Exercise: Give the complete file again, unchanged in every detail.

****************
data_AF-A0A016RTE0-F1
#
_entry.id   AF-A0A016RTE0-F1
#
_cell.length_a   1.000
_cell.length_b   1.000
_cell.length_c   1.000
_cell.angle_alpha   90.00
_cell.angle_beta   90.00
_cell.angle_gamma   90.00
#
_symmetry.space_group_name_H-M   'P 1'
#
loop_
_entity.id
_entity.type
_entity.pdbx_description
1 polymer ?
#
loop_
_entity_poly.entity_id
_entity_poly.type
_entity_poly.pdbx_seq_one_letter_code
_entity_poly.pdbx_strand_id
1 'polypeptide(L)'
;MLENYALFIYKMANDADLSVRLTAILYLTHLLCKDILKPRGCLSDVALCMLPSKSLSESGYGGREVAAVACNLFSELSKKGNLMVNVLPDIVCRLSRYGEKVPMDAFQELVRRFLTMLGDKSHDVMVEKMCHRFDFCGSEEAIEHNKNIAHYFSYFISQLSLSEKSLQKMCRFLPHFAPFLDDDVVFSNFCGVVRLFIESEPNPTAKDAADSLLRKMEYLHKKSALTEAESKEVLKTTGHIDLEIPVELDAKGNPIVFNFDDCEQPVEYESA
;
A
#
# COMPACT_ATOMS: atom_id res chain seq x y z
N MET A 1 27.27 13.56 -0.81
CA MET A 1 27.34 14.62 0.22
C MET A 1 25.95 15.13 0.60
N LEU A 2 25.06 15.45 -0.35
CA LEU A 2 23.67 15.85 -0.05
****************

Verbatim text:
data_AF-A0A016RTE0-F1
#
_entry.id   AF-A0A016RTE0-F1
#
_cell.length_a   1.000
_cell.length_b   1.000
_cell.length_c   1.000
_cell.angle_alpha   90.00
_cell.angle_beta   90.00
_cell.angle_gamma   90.00
#
_symmetry.space_group_name_H-M   'P 1'
#
loop_
_entity.id
_entity.type
_entity.pdbx_description
1 polymer ?
#
loop_
_entity_poly.entity_id
_entity_poly.type
_entity_poly.pdbx_seq_one_letter_code
_entity_poly.pdbx_strand_id
1 'polypeptide(L)'
;MLENYALFIYKMANDADLSVRLTAILYLTHLLCKDILKPRGCLSDVALCMLPSKSLSESGYGGREVAAVACNLFSELSKKGNLMVNVLPDIVCRLSRYGEKVPMDAFQELVRRFLTMLGDKSHDVMVEKMCHRFDFCGSEEAIEHNKNIAHYFSYFISQLSLSEKSLQKMCRFLPHFAPFLDDDVVFSNFCGVVRLFIESEPNPTAKDAADSLLRKMEYLHKKSALTEAESKEVLKTTGHIDLEIPVELDAKGNPIVFNFDDCEQPVEYESA
;
A
#
# COMPACT_ATOMS: atom_id res chain seq x y z
N MET A 1 27.27 13.56 -0.81
CA MET A 1 27.34 14.62 0.22
C MET A 1 25.95 15.13 0.60
N LEU A 2 25.06 15.45 -0.35
CA LEU A 2 23.67 15.85 -0.05